We’ve started construction on the Big View House, but there was an intensive design process entailed in getting to this point.  Here’s a brief overview of the sequencing of efforts required to put this residential remodel project together.

Once we have a good sense of the design, structural requirements, and have pinned down the plan layout for this new project (see earlier Big View House blogs), we put together a basic set of sheets (some refer to these drawings as the “blueprints”) to submit to the city for a building permit. Typically, this involves a 16-week review time from the initial application to final comments and permit approval. In recent years, Seattle’s Department of Planning and Development (DPD) has been requiring more and more documentation for a building permit, including procedures for site water management, construction waste and recycling, and even payments for curb cuts — a much more cumbersome process even from five years ago. For the Big View house remodel, what would have only entailed 6-7 sheets to submit a few years ago, now required 35 sheets! From the city’s perspective, structure, safety and site management are the predominant factors in passing go; navigating the process efficiently requires good working knowledge of the Seattle building code….hiring a Seattle architect is highly recommended!

happy architect!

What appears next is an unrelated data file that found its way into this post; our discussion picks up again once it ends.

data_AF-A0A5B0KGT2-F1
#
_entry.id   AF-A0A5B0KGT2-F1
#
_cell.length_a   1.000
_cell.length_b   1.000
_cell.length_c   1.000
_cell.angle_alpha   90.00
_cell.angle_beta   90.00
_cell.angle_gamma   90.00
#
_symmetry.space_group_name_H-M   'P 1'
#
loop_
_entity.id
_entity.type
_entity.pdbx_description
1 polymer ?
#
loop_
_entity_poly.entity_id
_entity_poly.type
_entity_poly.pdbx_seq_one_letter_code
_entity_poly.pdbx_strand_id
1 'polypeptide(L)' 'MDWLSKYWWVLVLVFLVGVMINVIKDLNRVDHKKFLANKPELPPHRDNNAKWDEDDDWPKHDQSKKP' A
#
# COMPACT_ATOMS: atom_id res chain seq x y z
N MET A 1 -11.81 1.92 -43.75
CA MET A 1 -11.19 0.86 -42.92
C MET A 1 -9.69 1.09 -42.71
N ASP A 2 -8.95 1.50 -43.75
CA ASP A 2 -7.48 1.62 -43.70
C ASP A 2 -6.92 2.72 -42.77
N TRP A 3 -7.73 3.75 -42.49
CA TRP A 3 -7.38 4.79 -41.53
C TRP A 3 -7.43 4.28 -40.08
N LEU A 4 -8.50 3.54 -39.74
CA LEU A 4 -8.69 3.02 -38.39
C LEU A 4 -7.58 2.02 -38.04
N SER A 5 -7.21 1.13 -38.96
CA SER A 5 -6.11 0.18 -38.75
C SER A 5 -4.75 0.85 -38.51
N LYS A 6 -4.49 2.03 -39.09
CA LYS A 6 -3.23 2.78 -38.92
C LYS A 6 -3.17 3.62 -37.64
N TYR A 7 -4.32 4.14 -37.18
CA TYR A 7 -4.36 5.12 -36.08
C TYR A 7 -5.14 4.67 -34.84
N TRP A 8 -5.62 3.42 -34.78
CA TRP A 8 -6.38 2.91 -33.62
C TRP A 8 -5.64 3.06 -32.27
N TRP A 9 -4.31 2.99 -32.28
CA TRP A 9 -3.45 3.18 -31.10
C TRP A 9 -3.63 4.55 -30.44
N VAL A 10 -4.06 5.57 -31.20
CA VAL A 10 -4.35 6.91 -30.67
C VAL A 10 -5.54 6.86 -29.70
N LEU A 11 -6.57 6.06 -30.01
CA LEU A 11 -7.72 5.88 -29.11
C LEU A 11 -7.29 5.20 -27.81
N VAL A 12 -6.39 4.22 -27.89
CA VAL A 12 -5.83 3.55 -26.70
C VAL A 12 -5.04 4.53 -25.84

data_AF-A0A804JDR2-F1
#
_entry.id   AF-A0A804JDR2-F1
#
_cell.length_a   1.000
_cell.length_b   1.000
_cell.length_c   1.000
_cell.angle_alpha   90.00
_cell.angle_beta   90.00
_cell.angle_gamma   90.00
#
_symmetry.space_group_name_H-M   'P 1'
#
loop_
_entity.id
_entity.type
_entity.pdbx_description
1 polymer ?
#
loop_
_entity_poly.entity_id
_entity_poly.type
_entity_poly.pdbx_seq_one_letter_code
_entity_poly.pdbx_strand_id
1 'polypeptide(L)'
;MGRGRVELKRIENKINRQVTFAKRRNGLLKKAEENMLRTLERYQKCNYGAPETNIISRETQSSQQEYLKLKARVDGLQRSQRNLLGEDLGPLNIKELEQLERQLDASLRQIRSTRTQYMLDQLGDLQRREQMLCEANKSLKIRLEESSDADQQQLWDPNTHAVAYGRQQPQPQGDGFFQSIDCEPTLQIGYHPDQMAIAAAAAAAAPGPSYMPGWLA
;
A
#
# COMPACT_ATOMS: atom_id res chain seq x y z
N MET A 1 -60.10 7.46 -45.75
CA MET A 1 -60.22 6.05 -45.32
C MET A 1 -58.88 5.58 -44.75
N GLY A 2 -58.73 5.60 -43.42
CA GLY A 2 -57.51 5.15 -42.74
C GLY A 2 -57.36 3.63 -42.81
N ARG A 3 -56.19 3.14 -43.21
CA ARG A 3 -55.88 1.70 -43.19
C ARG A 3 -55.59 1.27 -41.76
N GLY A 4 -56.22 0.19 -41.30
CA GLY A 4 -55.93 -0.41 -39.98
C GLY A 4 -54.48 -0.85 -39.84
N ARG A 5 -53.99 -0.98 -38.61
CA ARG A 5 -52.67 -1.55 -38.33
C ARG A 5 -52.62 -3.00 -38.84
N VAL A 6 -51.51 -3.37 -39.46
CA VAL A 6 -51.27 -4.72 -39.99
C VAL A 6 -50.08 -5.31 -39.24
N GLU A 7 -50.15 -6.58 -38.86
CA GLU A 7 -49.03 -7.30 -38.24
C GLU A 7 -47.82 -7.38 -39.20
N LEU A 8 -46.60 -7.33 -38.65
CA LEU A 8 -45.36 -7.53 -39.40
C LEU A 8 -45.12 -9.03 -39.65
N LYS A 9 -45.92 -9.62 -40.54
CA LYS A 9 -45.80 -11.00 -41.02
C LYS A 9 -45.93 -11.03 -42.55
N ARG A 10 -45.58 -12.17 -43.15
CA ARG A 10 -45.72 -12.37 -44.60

Sarah, happy at work with the Big View house construction set!

While the application is in the review process, we then dive into the miscellaneous construction details and interior design.  This work on the project continues to move along so that by the time the permit is approved, we are ready to break ground. These few weeks are also spent hammering out the finishes, materials, and fixtures (plumbing, electrical etc) as we assemble all this data into a specification document.

Once we have all these decisions finalized and documented, we embark on the costing effort.  As a Seattle design-build company, we have years of experience estimating the time and materials required in building projects of varying size and scope. We have relationships with our longtime vendors, and subcontractors that we depend on to provide reliable pricing and excellent services. Once this costing effort is complete and complied into our final bid, we review it line-by-line with our client.  Often this process includes a bit of “value-engineering”….adjusting scope and costs to meet their budget goals. Once this budget is finalized, we pin down the construction timeline which in this case, for a large remodel, is approximately ten months.

interior demo 2

The interior demolition work is well underway!

The next step after receiving the permit is demo! Of the original Big View house, only the basement walls and some elements of the main floor will remain intact. The owners had never moved in, so we could be very aggressive with construction work. The excitement really began, however, when we started to excavate at the lower part of the site slope for the garage and our trench completely filled with water! We had to scramble a remediation team together with a geotech to install both temporary 24-hour water pumps for the project and a permanent one for the home. It was nothing we could have expected and just another day on the job for our construction team – there’s always excitement happening somewhere! Currently, the project is moving into the finishing stages of the remodel and we’ll have updates on the interiors coming soon – see our newest update here!

thumbs up for the excavator!

The owner’s son is ready to get to work, giving the thumbs up to the excavator!

Big View House #1: Scope and Potential
Big View House #2: Schematics and Modeling
Big View House #3: Permitting
Big View House #4: Construction
Big View House #5: Finishing Touches